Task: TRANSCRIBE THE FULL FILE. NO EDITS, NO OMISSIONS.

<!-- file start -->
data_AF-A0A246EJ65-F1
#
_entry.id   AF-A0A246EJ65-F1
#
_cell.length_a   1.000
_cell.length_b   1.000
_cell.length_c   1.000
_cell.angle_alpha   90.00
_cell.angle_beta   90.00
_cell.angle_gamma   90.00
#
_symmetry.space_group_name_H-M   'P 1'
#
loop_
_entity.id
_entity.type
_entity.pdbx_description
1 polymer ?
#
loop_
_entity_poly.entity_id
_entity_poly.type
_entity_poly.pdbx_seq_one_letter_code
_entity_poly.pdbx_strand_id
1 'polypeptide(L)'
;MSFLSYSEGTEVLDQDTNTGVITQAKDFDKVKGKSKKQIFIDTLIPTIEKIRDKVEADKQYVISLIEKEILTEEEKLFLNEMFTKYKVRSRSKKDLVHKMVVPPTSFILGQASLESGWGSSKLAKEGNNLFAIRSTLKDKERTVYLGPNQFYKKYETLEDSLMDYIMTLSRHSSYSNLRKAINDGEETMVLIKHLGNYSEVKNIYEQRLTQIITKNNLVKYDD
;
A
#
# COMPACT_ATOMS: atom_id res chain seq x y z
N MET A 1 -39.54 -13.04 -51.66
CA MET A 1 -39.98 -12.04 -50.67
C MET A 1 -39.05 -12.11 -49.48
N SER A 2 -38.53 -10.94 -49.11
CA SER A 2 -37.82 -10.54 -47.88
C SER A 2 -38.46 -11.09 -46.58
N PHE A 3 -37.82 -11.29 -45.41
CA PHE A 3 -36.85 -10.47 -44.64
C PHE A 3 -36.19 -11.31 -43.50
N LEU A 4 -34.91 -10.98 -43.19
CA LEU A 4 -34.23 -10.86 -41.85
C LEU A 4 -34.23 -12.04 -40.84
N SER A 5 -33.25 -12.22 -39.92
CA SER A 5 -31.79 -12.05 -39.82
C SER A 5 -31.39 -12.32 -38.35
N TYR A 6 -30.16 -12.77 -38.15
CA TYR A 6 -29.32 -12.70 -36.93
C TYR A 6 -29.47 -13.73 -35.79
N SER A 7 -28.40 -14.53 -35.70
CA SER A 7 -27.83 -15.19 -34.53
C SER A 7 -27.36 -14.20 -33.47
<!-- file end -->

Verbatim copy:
data_AF-A0A246EJ65-F1
#
_entry.id   AF-A0A246EJ65-F1
#
_cell.length_a   1.000
_cell.length_b   1.000
_cell.length_c   1.000
_cell.angle_alpha   90.00
_cell.angle_beta   90.00
_cell.angle_gamma   90.00
#
_symmetry.space_group_name_H-M   'P 1'
#
loop_
_entity.id
_entity.type
_entity.pdbx_description
1 polymer ?
#
loop_
_entity_poly.entity_id
_entity_poly.type
_entity_poly.pdbx_seq_one_letter_code
_entity_poly.pdbx_strand_id
1 'polypeptide(L)'
;MSFLSYSEGTEVLDQDTNTGVITQAKDFDKVKGKSKKQIFIDTLIPTIEKIRDKVEADKQYVISLIEKEILTEEEKLFLNEMFTKYKVRSRSKKDLVHKMVVPPTSFILGQASLESGWGSSKLAKEGNNLFAIRSTLKDKERTVYLGPNQFYKKYETLEDSLMDYIMTLSRHSSYSNLRKAINDGEETMVLIKHLGNYSEVKNIYEQRLTQIITKNNLVKYDD
;
A
#
# COMPACT_ATOMS: atom_id res chain seq x y z
N MET A 1 -39.54 -13.04 -51.66
CA MET A 1 -39.98 -12.04 -50.67
C MET A 1 -39.05 -12.11 -49.48
N SER A 2 -38.53 -10.94 -49.11
CA SER A 2 -37.82 -10.54 -47.88
C SER A 2 -38.46 -11.09 -46.58
N PHE A 3 -37.82 -11.29 -45.41
CA PHE A 3 -36.85 -10.47 -44.64
C PHE A 3 -36.19 -11.31 -43.50
N LEU A 4 -34.91 -10.98 -43.19
CA LEU A 4 -34.23 -10.86 -41.85
C LEU A 4 -34.23 -12.04 -40.84
N SER A 5 -33.25 -12.22 -39.92
CA SER A 5 -31.79 -12.05 -39.82
C SER A 5 -31.39 -12.32 -38.35
N TYR A 6 -30.16 -12.77 -38.15
CA TYR A 6 -29.32 -12.70 -36.93
C TYR A 6 -29.47 -13.73 -35.79
N SER A 7 -28.40 -14.53 -35.70
CA SER A 7 -27.83 -15.19 -34.53
C SER A 7 -27.36 -14.20 -33.47